There it is. That particular tone that wakes me up from a dead sleep. Primal, sometimes guttural. Almost inhuman. Or so very human, more human than people ever dare to be. I feel for my phone in the dark. Corner of the nightstand. Lamp. Glasses. Phone. I get out of bed with less urgency than the last time and even less than the time before that. I flick on the lights and watch her for just a second. Hair in her face. Fists clenched. Body convulsing. I check the foam padding I put on the side of her nightstand from when she hit her head the first time. I look at my phone to hit record.
We didn’t always capture the flashbacks. It used to be a novel thing where I would jump out of bed, heart pounding, trying to be her hero. I thought about all the ways I’d seen people snap out of it in the movies. You yell at her and remind her who she is and who you are. And your firm grasp on her shoulders, your skin on hers tells her she’s safe. Maybe if I just love more, with more intensity. I pinned her down and pried her eyelids open so she could see me. Her trembling eyes stared right through me, as she continued to kick and fight me off like I was him. I finally understood what a flashback truly was. She wasn’t here. She was gone, far away, back to the place, back to the time, back to the moment, back to a little girl’s fearful present.
So here I sit on the edge of the bed, holding my phone while it records the girl biting down on the pillow, bearing the gruesome scene so later she can view it herself even though it will play out just the same as all the other ones, her quivering body always facing down to the right side in the same way with her hands held wide open and shaking out in front of her face like she’s desperately trying to push something away. Her quick shrieks now fully grown sobs and wails, the kind where you swear you can actually hear the heart breaking over and over again, forced to accept the impossible as truth. I can almost see him on top of her, like someone photoshopped him out of the picture and left only her, maneuvering, fighting, pleading, screaming things like “Please, please no!” and “I can’t! I can’t! I can’t!” and eventually her body goes slack and surrenders. Her voice is far away and lost. No words, just little humming sounds. Rhythmic, distressed humming sounds as I see her body jolt forward again and again. Her eyes open wide and empty. Now she is truly gone.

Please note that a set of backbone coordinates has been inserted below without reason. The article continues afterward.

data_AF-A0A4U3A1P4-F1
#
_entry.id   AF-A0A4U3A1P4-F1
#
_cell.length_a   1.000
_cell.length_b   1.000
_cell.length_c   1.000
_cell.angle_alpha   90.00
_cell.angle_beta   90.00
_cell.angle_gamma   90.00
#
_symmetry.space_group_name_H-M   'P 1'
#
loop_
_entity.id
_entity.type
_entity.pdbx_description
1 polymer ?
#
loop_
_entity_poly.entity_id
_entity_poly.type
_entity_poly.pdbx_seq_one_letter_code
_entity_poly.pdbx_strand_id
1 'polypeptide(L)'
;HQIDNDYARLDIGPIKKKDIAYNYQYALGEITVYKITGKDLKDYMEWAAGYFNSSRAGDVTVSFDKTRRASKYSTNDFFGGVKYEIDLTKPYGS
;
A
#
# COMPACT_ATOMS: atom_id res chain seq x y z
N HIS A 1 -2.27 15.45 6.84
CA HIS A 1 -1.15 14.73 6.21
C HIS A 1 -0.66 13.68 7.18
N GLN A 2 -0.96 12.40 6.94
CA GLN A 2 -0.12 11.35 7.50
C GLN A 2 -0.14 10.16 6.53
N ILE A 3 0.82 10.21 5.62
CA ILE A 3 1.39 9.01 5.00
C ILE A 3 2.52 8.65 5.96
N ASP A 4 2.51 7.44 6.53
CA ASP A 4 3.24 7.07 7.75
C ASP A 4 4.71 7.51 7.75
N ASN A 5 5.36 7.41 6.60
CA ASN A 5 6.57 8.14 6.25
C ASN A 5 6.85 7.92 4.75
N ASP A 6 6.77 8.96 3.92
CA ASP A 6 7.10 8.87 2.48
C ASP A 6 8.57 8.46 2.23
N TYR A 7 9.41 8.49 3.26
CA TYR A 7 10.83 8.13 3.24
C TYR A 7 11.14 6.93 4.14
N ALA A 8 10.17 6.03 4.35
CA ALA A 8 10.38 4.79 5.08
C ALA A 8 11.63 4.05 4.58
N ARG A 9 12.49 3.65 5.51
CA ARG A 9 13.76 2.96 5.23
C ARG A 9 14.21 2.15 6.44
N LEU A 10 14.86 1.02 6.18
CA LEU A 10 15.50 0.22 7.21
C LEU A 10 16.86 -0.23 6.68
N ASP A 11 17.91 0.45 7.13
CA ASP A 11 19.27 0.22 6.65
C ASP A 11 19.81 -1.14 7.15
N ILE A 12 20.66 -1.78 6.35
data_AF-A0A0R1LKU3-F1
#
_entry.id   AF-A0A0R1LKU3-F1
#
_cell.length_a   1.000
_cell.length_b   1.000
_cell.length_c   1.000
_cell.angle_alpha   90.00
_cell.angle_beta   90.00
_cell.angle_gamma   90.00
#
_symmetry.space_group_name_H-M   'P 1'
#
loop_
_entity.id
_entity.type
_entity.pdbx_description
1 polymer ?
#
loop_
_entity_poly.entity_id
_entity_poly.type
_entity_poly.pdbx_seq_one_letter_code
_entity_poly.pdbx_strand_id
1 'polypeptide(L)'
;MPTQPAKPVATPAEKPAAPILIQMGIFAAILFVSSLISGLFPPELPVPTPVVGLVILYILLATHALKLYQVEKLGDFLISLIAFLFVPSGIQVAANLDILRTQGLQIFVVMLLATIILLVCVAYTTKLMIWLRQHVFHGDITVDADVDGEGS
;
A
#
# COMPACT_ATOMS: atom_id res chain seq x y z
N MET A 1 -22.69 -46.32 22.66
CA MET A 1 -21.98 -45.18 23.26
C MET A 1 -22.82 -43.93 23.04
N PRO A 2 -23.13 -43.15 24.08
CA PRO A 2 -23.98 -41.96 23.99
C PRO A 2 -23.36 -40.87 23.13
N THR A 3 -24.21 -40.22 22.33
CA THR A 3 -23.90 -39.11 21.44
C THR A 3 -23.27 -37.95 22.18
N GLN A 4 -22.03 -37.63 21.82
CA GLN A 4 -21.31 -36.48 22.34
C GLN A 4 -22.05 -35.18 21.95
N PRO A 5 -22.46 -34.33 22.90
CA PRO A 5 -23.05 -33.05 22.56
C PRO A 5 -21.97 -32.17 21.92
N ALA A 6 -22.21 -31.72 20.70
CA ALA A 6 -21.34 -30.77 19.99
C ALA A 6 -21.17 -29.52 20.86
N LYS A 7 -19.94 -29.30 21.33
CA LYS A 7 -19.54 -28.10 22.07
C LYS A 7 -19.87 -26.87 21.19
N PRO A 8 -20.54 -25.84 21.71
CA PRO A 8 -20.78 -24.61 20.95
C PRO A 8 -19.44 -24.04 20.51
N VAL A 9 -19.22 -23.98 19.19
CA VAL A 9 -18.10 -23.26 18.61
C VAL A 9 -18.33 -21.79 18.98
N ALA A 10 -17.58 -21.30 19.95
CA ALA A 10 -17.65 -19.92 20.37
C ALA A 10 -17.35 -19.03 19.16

I continue sitting and recording and waiting until I recognize her face again. Her eyes finally familiar and soft, still searching for a fully formed reality.
“You back?” I ask, knowing she’s back.
She stares straight ahead, crawling away from memories, the thrown pillows, the thrashed sheets, and nods a small but heavy nod. Her unsteady hand reaches out for water. And more water.